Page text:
A fleet of passenger/vehicle ferries fuelled with liquefied natural gas (LNGLF)
(LNG) is to be built to serve two important link routes on the Norwegian coast. Bergen lean-burn spark ignition gas engine generator sets from Rolls-Royce have been selected as prime movers for all five 129m long ferries, in a gas/electric propulsion system
Three of the double-ended vessels will shuttle between Halhjem and Sandvikvåg, joining sections of the E39 highway along the coast south of Bergen, the other two between Arsvågen and Mortavika in the Stavanger region. These routes are the second and third most intensively used ferry links in Norway in terms of passenger and vehicle numbers. The vessels are to be built at Aker Yards for Fjord 1, and are scheduled to go into operation at the beginning of 2007.
The ferries are an important element in Norway’s plan to introduce a natural gas distribution infrastructure, which should reduce pollution by replacing some consumption of heavier hydrocarbons with cleaner-burning gas. Despite its position as a major producer and exporter of natural gas, the country currently has a very limited internal distribution network and ferries operating intensively on fixed routes will be among the key consumers in the future.
All five ferries will carry a mix of vehicles within a 198 car-equivalent limit, and up to 530 passengers, but will be powered for different service speeds. Three of them are to have a total of 12,370kW of engine power, provided by two Bergen KVGS-16G4 engines each of 3,535kW and two KVGS-12G4 units each rated at 2,650kW, to give a service speed of 21 knots. Only 17knots is required of the other pair of ferries on the Arsvågen-Mortavika route, so they will be equipped with just two of the same model of 12-cylinder engines.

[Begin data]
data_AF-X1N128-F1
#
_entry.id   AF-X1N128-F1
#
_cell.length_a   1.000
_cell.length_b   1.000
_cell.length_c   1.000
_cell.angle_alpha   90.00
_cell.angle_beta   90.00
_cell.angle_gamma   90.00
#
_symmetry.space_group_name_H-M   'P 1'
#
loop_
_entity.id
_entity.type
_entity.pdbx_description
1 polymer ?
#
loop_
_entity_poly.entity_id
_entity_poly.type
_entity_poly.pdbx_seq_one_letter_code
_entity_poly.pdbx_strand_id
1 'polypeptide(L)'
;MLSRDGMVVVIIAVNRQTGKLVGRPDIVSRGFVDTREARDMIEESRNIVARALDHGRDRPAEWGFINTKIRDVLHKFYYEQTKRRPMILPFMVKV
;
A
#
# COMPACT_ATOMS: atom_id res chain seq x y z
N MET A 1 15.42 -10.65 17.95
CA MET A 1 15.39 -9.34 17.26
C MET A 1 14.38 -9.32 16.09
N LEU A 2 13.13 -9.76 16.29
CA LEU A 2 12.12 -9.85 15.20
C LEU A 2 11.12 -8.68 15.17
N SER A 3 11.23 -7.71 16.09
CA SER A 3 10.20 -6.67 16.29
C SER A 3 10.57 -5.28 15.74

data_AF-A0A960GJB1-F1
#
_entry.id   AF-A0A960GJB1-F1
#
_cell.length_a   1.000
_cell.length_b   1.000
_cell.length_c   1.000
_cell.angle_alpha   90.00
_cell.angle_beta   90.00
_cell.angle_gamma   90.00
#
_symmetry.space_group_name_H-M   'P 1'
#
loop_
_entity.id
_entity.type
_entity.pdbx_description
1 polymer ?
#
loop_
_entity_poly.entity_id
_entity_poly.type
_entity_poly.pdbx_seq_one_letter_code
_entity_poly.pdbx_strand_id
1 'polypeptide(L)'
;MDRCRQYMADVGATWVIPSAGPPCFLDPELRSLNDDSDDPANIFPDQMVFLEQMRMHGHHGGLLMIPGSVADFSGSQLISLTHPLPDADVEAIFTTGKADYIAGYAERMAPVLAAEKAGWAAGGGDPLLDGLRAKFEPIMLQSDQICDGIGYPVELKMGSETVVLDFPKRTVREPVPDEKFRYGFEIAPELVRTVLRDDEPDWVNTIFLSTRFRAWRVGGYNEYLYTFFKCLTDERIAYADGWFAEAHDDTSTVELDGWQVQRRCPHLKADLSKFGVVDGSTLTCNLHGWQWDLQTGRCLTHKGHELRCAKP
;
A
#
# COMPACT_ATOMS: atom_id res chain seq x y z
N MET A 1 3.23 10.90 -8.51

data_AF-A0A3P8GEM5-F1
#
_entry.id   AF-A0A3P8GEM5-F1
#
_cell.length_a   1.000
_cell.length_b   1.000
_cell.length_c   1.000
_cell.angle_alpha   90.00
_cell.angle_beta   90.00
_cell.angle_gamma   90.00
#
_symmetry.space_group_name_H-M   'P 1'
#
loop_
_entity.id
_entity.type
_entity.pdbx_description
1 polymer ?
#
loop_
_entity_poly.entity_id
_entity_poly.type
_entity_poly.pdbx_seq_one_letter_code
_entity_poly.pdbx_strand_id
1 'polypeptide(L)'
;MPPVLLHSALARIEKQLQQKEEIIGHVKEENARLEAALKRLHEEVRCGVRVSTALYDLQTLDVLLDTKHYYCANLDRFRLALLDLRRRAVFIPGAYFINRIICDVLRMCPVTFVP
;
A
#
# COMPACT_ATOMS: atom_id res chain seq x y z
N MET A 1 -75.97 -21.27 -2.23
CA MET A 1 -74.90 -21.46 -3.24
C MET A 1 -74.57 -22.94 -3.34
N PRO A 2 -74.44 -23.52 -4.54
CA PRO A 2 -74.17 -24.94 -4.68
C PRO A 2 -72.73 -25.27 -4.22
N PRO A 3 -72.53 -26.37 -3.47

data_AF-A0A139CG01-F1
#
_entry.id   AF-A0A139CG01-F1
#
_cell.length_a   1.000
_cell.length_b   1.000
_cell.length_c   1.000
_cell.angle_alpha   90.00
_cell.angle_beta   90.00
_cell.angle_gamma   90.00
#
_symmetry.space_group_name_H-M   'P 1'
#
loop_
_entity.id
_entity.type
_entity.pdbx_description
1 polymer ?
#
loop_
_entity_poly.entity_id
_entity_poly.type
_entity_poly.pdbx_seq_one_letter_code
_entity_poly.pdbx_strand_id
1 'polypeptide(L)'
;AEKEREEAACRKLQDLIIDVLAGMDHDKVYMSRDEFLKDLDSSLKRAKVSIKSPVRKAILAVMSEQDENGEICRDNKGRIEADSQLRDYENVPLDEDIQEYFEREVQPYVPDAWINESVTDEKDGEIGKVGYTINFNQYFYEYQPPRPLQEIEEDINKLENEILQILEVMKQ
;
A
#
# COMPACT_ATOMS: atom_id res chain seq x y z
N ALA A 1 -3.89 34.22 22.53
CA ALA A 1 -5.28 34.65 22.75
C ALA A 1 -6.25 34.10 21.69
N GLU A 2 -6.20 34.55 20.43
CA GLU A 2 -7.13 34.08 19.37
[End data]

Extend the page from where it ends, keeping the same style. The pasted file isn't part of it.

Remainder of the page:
Bergen gas engines
are well-proven as prime movers for generator drive. The K-G4 version for genset applications was introduced in 2002. Last year this engine series was launched as a variable speed engine for marine propulsion using direct mechanical transmission, which opens up a broader field of application as the use of gas-fuelled vessels develops over the course of the next few years.
K-G4 has a bore of 250mm and a 300mm stroke, producing 200kW per cylinder at 600-1,000rpm. Configurations of 6, 8 or 9 cylinders in line , and V-12, V-16 and V-18 are available, giving a power range of 1,200 to 3,600kW at the flywheel. The efficiency is 44% under ISO conditions, thanks to the advanced lean-burn technology. When burning natural gas, CO2 emission per kilowatt-hour is about 25% lower than a comparable diesel engine, NOx emissions are very low and there is no release of particulates or SOx.
Altogether over 350 Bergen gas engines have
been produced since the first commercial unit went into service in1991, development of the lean-burn technology having started in 1984. Until now, all have been applied to land electric power generation. But many of the installations are multi-engine self-contained power stations for industrial plants, the operating profiles and load patterns of which have many similarities with gas-electric marine installations using constant-frequency generator sets. Individual Bergen gas engines have now exceeded 90,000 running hours and cumulative hours are over 10 million.